The Holy Ghost says through Paul in 1 Timothy 2:1 "First of all, then, I urge that entreaties and prayers, petitions and thanksgivings, be made on behalf of all men." Four Greek words for prayer are used by Paul in this first verse. Without going into the details, the four terms speak of a progressive effort to desperately seek God. As you study the subject of prayer, you discover that prayer is born of God in the context of need. So why pray? Because only God can control outcomes. He desires Christians to participate in prayer for the bringing about of His will in those outcomes. When you start with God in prayer, you will also end with Him in prayer (Matthew 6; Luke 11). So to "seek" God in prayer means you start with God. But notice secondly....
Expect God to respond. 1 Timothy 2:2-3
Paul continues on in 1 Timothy 2:2, noting that as we pray on behalf of kings, authorities and all people, we pray "so that we may lead a tranquil and quiet life in all godliness and dignity." Why do God's people and churches get so discouraged in prayer? we often do not expect God to respond. Prayers with no expectations lead to no results. Leonard Ravenhill, a long-time evangelist and advocate of prayer, writes:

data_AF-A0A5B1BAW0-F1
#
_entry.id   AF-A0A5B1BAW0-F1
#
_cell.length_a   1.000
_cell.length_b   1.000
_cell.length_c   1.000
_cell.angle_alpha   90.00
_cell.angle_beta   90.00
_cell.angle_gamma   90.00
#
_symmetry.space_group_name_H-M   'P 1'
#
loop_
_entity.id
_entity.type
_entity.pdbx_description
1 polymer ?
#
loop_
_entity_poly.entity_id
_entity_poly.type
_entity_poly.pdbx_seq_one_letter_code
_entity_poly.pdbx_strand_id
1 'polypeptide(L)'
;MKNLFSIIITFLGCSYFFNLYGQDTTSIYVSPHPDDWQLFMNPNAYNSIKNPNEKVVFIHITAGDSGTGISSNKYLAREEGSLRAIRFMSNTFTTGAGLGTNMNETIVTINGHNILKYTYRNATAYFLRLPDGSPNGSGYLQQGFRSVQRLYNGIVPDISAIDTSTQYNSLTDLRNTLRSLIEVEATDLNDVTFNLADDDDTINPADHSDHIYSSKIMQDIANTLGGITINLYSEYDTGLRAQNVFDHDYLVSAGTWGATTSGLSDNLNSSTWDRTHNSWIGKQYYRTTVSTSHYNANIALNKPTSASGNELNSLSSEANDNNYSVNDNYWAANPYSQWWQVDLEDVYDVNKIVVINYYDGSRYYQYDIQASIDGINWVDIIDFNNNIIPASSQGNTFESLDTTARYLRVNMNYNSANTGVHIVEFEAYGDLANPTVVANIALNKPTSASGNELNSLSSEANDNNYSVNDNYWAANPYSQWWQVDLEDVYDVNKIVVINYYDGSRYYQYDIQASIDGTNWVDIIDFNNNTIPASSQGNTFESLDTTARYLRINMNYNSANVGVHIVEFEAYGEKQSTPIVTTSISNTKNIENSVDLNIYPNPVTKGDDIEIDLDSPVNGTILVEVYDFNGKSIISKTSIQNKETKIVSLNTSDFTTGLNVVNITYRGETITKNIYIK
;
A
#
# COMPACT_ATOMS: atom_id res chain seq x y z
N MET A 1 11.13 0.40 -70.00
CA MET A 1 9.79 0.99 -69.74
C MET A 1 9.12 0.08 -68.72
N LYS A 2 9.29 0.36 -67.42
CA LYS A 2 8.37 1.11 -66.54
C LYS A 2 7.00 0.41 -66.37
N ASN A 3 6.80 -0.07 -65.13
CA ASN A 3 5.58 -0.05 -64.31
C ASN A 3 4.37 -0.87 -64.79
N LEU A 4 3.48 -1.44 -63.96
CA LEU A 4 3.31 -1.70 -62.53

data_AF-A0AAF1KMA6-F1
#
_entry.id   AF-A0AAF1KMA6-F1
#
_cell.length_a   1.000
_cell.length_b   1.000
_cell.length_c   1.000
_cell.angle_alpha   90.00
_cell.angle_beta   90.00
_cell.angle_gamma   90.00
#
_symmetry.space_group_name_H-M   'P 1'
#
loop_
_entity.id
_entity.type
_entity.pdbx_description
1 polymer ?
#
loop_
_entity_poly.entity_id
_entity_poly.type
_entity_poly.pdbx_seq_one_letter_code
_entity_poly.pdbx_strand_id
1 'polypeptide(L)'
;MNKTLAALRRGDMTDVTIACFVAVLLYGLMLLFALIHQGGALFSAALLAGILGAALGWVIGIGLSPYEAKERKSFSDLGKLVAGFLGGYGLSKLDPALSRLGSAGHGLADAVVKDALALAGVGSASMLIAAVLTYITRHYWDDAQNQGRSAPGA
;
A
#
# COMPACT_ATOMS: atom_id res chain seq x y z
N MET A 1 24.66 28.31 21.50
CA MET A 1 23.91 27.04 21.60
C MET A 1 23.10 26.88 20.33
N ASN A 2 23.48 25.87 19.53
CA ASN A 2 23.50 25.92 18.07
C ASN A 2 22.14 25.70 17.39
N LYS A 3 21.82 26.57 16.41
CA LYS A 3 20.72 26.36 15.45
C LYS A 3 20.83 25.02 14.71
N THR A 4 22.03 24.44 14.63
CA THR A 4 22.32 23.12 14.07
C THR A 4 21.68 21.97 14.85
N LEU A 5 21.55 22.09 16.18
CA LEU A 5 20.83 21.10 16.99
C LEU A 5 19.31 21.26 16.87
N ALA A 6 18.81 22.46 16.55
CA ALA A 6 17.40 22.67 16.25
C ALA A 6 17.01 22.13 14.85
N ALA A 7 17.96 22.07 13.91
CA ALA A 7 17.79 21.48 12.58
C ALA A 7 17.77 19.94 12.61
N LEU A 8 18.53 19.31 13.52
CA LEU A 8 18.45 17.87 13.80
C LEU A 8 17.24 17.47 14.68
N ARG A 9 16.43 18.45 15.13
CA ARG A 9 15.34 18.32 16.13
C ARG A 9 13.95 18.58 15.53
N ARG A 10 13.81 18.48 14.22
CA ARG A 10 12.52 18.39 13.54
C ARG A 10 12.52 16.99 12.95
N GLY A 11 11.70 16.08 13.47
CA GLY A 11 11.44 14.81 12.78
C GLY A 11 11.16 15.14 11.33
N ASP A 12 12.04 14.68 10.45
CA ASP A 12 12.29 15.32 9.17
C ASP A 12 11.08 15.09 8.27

"The lightbulb for us Christians is prayer and God has the power. But it is faith that makes the connection."
Expect great things from the Great God and watch the Great God do great things. So you need to start with God, and expect God to respond. Notice thirdly....
Express prayers for non-Christians. 1 Timothy 2:4-6
We read these words in 1 Timothy 2:3-6 "This is good and acceptable in the sight of God our Savior, 4 who desires all men to be saved and to come to the knowledge of the truth. 5 For there is one God, and one mediator also between God and men, the man Christ Jesus, 6 who gave Himself as a ransom for all, the testimony given at the proper time." So why mention Christ's Person and Accomplishment of salvation in the middle of a section on prayer? Because the cross is the ground of prayer.